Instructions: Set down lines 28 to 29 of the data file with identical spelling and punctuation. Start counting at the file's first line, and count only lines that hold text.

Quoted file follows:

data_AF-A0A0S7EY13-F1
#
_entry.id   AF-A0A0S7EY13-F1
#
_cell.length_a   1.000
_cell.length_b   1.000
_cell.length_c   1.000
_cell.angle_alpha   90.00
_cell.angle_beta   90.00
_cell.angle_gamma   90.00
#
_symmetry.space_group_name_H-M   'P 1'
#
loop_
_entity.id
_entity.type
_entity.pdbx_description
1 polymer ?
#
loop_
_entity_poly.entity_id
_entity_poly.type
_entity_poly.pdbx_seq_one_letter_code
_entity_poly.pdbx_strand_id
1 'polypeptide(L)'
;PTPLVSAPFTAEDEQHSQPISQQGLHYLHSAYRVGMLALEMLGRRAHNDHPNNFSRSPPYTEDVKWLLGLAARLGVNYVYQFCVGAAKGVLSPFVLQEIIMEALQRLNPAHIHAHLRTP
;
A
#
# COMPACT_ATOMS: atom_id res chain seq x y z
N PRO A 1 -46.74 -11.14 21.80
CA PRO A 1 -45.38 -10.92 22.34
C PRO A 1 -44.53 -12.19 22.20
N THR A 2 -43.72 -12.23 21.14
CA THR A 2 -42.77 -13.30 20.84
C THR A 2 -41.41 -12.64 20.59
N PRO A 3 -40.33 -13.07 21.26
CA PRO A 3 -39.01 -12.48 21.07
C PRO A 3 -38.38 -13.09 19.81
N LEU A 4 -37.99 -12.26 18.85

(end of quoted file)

A
#